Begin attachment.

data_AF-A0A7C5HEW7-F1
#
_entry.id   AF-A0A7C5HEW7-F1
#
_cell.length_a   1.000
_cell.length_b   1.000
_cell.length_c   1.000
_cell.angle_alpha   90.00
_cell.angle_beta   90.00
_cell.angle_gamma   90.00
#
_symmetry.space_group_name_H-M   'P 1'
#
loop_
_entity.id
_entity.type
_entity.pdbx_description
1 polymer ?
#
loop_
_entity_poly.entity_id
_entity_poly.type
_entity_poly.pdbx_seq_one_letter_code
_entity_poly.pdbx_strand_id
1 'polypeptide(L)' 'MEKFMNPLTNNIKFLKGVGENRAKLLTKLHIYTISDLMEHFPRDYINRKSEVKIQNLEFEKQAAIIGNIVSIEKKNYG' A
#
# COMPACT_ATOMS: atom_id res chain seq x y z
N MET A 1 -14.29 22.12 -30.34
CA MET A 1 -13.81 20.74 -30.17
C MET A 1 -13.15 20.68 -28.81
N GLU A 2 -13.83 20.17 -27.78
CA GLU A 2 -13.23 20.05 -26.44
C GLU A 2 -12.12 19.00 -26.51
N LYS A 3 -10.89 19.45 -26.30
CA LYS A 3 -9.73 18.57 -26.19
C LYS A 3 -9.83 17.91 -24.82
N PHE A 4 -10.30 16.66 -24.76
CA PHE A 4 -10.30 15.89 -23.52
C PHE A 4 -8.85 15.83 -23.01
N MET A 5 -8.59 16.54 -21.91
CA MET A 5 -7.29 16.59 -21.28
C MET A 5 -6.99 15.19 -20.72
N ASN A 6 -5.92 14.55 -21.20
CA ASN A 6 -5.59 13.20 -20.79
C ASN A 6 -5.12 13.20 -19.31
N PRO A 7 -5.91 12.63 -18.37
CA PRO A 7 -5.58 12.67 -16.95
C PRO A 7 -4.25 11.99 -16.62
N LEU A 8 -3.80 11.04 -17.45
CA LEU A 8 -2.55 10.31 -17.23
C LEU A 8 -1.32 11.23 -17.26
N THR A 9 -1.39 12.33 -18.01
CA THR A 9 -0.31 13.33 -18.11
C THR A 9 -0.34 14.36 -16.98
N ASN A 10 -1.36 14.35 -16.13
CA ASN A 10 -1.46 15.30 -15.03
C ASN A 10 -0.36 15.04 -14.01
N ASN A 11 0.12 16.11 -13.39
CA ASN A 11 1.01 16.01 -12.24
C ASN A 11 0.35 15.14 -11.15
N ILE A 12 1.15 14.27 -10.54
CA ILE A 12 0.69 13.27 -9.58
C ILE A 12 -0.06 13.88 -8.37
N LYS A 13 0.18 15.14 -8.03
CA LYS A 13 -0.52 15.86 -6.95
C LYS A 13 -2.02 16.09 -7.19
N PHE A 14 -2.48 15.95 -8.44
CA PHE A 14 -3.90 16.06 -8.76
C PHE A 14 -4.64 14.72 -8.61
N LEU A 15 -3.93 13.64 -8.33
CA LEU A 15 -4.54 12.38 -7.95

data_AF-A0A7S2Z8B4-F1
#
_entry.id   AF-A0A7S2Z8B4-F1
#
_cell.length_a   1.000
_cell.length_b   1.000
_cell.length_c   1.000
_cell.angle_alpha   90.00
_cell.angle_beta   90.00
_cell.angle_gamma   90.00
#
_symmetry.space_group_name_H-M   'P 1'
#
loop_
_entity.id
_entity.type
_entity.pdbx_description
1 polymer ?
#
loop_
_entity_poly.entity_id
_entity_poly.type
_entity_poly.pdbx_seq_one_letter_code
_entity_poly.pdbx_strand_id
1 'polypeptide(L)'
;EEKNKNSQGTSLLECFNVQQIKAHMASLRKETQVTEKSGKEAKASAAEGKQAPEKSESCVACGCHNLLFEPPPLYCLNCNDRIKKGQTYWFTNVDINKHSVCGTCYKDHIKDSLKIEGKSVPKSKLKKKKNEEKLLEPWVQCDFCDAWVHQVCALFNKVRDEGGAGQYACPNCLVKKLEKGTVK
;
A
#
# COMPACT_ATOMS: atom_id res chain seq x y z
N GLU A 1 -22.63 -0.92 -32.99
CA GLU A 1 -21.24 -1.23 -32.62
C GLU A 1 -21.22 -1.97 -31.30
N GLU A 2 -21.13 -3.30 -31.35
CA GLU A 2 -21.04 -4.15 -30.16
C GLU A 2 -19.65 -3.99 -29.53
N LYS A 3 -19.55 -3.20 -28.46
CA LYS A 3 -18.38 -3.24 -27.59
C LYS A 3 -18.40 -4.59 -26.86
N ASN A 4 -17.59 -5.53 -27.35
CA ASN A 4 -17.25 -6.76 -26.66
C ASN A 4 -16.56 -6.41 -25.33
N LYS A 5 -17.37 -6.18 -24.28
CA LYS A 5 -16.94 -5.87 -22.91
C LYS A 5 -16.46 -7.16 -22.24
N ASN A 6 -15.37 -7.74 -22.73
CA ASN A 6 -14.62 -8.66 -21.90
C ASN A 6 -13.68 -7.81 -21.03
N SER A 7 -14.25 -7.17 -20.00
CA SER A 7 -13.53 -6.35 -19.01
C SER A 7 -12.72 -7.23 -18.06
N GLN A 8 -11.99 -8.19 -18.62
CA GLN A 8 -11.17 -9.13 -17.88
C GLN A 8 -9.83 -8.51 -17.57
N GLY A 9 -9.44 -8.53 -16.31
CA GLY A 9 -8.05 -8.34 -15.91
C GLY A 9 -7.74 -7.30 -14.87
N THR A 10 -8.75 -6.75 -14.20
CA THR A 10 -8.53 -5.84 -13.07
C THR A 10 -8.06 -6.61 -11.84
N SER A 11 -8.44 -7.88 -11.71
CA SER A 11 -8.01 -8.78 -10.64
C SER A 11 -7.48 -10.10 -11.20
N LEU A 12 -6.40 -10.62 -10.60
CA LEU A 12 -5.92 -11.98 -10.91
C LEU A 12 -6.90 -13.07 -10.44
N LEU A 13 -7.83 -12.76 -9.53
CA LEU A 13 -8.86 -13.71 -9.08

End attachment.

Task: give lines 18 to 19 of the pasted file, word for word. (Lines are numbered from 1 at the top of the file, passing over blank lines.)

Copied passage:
1 polymer ?
#